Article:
Can the Education Debt ‘Mountain’ Be Avoided?

E.D. Kain,

Writes about technology, games, and culture.

There have been some interesting pieces about the value of a college degree lately. The first is from Peter Thiel, the hedge fund investor behind the financing of Facebook. The second is from Dana Goldstein.

Thiel argues that we are in the midst of a ‘higher-education bubble’ and that kids today aren’t getting their money’s worth. Goldstein shows how the debt can be a real problem especially for kids who don’t finish school:

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Half of all college drop-outs have borrowed some money for tuition. And consider this depressing statistic: One in five students who drop out of college leave only after accumulating $20,000 or more in debt. These are the folks most unable to pay back their loans; the rhetoric of “college for all” simply does not match the reality of their lives.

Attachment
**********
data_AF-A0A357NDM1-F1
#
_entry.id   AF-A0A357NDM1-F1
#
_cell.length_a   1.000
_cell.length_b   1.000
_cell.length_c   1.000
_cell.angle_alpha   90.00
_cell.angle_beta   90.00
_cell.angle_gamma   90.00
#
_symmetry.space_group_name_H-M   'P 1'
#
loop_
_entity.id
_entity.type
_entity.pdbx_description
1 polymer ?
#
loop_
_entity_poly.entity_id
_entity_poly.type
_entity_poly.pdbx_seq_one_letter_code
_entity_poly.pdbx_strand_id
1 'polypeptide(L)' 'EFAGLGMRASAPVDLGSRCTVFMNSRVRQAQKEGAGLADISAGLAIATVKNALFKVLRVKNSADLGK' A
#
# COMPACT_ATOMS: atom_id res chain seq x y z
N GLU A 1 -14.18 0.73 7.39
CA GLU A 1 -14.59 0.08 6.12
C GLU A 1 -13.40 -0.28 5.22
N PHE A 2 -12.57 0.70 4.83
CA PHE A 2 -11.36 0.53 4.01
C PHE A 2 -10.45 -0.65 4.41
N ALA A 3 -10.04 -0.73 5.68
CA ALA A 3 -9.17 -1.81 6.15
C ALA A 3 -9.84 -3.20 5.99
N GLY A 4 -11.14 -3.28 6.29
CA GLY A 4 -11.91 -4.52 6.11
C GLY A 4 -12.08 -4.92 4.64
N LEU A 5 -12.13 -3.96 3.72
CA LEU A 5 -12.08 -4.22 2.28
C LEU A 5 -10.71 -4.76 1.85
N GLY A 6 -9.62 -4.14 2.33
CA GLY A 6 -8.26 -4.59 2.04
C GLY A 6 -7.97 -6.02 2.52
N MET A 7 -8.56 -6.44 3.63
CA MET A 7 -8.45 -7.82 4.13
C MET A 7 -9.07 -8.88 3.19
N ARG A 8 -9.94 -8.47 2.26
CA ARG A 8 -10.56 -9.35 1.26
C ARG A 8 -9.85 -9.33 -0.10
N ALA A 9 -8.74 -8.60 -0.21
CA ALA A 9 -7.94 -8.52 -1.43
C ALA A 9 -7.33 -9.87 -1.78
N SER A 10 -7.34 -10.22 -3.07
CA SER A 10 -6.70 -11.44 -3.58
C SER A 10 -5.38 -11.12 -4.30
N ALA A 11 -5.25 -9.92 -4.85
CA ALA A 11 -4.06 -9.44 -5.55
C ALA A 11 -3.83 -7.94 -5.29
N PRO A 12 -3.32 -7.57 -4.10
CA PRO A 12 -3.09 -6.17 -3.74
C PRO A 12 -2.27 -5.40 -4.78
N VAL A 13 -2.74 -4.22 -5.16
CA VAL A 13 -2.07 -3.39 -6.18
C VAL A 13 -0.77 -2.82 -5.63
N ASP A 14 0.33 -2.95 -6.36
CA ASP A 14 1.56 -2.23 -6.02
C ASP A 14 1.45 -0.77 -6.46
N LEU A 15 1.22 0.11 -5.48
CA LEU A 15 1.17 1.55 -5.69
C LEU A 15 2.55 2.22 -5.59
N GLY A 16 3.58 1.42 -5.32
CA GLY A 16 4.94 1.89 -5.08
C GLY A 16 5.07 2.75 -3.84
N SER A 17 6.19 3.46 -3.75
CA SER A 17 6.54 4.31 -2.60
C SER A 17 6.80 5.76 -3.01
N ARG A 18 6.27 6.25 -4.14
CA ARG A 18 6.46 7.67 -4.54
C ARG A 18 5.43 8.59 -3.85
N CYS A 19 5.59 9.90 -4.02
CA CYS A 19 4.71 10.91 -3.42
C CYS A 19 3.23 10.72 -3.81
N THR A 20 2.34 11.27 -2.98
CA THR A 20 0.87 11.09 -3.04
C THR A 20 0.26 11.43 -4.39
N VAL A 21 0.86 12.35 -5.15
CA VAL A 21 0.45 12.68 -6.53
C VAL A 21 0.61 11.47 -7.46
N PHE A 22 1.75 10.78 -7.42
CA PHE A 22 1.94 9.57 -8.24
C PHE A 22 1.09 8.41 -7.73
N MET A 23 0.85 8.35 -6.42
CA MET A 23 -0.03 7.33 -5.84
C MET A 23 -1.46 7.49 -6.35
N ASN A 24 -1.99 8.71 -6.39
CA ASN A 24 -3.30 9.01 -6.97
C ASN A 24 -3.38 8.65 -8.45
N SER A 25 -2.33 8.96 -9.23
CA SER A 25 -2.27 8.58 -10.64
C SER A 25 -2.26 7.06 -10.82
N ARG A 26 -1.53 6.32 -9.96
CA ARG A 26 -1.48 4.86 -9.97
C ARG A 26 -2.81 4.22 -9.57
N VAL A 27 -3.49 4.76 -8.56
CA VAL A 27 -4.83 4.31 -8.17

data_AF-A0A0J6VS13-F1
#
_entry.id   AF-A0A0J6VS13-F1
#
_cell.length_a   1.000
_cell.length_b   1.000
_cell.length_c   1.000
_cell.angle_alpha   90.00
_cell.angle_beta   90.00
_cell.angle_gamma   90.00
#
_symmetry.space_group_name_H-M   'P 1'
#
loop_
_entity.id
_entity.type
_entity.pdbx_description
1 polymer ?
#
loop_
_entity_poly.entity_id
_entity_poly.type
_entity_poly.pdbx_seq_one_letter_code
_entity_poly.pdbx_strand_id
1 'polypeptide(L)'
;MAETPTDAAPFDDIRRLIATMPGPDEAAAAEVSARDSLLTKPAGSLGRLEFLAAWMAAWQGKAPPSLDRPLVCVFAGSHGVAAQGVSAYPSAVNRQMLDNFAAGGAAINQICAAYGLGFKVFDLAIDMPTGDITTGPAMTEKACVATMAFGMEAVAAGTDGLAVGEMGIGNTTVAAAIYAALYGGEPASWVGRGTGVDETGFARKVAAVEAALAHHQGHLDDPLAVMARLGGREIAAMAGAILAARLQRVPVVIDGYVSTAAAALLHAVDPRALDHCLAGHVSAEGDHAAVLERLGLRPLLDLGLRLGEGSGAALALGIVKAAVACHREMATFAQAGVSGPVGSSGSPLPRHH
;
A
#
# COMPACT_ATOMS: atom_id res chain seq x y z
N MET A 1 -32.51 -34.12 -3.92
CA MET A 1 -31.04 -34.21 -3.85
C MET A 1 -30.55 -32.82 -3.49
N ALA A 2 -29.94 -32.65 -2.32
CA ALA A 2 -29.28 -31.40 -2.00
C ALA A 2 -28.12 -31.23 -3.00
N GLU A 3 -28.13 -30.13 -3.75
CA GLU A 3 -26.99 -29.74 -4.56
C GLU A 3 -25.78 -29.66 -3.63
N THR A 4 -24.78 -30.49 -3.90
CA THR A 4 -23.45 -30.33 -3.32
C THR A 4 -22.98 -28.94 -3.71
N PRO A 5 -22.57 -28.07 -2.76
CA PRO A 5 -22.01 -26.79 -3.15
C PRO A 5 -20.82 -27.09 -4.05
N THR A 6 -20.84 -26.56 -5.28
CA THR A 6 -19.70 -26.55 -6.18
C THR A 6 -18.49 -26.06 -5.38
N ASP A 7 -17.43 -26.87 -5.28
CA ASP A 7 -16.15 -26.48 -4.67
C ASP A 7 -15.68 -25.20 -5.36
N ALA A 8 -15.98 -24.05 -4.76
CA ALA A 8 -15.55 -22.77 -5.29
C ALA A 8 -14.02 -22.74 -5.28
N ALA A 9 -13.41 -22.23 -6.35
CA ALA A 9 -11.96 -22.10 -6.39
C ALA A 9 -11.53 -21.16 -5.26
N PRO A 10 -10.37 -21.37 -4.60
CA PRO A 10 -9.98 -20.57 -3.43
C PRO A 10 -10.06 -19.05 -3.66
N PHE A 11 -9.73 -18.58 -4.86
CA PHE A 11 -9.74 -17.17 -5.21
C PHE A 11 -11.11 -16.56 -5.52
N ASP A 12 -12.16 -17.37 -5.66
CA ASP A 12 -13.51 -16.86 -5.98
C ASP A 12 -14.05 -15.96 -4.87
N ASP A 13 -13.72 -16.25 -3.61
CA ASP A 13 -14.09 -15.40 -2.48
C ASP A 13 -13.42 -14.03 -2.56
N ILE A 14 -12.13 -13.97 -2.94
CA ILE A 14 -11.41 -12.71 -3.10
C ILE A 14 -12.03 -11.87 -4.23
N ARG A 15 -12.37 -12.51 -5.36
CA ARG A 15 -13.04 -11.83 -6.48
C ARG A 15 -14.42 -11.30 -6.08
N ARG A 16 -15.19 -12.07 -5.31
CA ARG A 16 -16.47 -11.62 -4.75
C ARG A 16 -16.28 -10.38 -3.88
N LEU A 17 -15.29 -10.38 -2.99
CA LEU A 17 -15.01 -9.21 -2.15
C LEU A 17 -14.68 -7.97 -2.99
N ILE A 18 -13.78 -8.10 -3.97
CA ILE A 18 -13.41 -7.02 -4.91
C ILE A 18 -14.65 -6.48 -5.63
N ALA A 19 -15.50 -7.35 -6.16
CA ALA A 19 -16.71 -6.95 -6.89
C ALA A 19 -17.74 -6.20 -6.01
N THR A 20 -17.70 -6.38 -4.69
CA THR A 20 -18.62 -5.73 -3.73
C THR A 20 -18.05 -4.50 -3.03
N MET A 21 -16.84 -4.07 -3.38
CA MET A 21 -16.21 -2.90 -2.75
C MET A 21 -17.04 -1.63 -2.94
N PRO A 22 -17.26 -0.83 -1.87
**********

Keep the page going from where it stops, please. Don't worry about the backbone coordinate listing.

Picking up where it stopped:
I disagree with Thiel’s conclusion about a ‘bubble’ in higher-ed, but that doesn’t mean he’s all wrong. Obviously a lot of Americans aren’t getting their money’s worth from college, especially if they don’t finish their degrees but do take on a lot of debt. So what’s the solution to this growing problem? After all, schools are more expensive than ever. Between 2007 and 1982 college tuition went up 439 percent while median family income rose by only 147 percent. No wonder students are taking on more and more debt. Many of them can’t afford to go any other way.

Read rest of the article here

No doubt this is sobering for parents and students alike…but do you think that Thiel is painting an accurate picture?

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